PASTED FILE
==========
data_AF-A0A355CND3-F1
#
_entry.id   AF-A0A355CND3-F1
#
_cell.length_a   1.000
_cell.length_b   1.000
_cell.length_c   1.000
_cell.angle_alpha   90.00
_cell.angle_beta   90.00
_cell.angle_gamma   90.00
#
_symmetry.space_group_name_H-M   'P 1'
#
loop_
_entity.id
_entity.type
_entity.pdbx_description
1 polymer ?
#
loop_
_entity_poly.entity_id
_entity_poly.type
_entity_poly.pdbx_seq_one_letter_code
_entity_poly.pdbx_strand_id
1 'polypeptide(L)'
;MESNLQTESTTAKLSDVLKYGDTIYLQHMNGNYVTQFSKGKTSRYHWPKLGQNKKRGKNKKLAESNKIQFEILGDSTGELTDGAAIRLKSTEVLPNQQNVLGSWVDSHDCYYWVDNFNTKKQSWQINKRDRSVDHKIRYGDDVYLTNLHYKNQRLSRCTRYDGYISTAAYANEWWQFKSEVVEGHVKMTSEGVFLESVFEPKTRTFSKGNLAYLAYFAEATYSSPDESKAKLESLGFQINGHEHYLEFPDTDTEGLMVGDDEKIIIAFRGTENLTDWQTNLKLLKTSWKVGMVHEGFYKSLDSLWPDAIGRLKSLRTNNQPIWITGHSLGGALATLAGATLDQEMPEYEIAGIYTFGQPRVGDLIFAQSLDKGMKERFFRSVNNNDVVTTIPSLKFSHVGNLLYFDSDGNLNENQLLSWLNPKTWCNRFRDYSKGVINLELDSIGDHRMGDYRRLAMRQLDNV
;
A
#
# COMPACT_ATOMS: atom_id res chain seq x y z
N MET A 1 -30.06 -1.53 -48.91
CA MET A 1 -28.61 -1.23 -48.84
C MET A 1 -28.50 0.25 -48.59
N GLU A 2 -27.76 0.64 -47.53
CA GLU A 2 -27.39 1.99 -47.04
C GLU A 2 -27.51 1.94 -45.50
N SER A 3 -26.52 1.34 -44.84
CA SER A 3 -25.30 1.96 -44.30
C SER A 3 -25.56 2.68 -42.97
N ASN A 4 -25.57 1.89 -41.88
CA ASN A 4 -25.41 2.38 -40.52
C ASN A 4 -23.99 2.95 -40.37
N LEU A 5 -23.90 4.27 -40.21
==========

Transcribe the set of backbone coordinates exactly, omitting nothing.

data_AF-A0A355CND3-F1
#
_entry.id   AF-A0A355CND3-F1
#
_cell.length_a   1.000
_cell.length_b   1.000
_cell.length_c   1.000
_cell.angle_alpha   90.00
_cell.angle_beta   90.00
_cell.angle_gamma   90.00
#
_symmetry.space_group_name_H-M   'P 1'
#
loop_
_entity.id
_entity.type
_entity.pdbx_description
1 polymer ?
#
loop_
_entity_poly.entity_id
_entity_poly.type
_entity_poly.pdbx_seq_one_letter_code
_entity_poly.pdbx_strand_id
1 'polypeptide(L)'
;MESNLQTESTTAKLSDVLKYGDTIYLQHMNGNYVTQFSKGKTSRYHWPKLGQNKKRGKNKKLAESNKIQFEILGDSTGELTDGAAIRLKSTEVLPNQQNVLGSWVDSHDCYYWVDNFNTKKQSWQINKRDRSVDHKIRYGDDVYLTNLHYKNQRLSRCTRYDGYISTAAYANEWWQFKSEVVEGHVKMTSEGVFLESVFEPKTRTFSKGNLAYLAYFAEATYSSPDESKAKLESLGFQINGHEHYLEFPDTDTEGLMVGDDEKIIIAFRGTENLTDWQTNLKLLKTSWKVGMVHEGFYKSLDSLWPDAIGRLKSLRTNNQPIWITGHSLGGALATLAGATLDQEMPEYEIAGIYTFGQPRVGDLIFAQSLDKGMKERFFRSVNNNDVVTTIPSLKFSHVGNLLYFDSDGNLNENQLLSWLNPKTWCNRFRDYSKGVINLELDSIGDHRMGDYRRLAMRQLDNV
;
A
#
# COMPACT_ATOMS: atom_id res chain seq x y z
N MET A 1 -30.06 -1.53 -48.91
CA MET A 1 -28.61 -1.23 -48.84
C MET A 1 -28.50 0.25 -48.59
N GLU A 2 -27.76 0.64 -47.53
CA GLU A 2 -27.39 1.99 -47.04
C GLU A 2 -27.51 1.94 -45.50
N SER A 3 -26.52 1.34 -44.84
CA SER A 3 -25.30 1.96 -44.30
C SER A 3 -25.56 2.68 -42.97
N ASN A 4 -25.57 1.89 -41.88
CA ASN A 4 -25.41 2.38 -40.52
C ASN A 4 -23.99 2.95 -40.37
N LEU A 5 -23.90 4.27 -40.21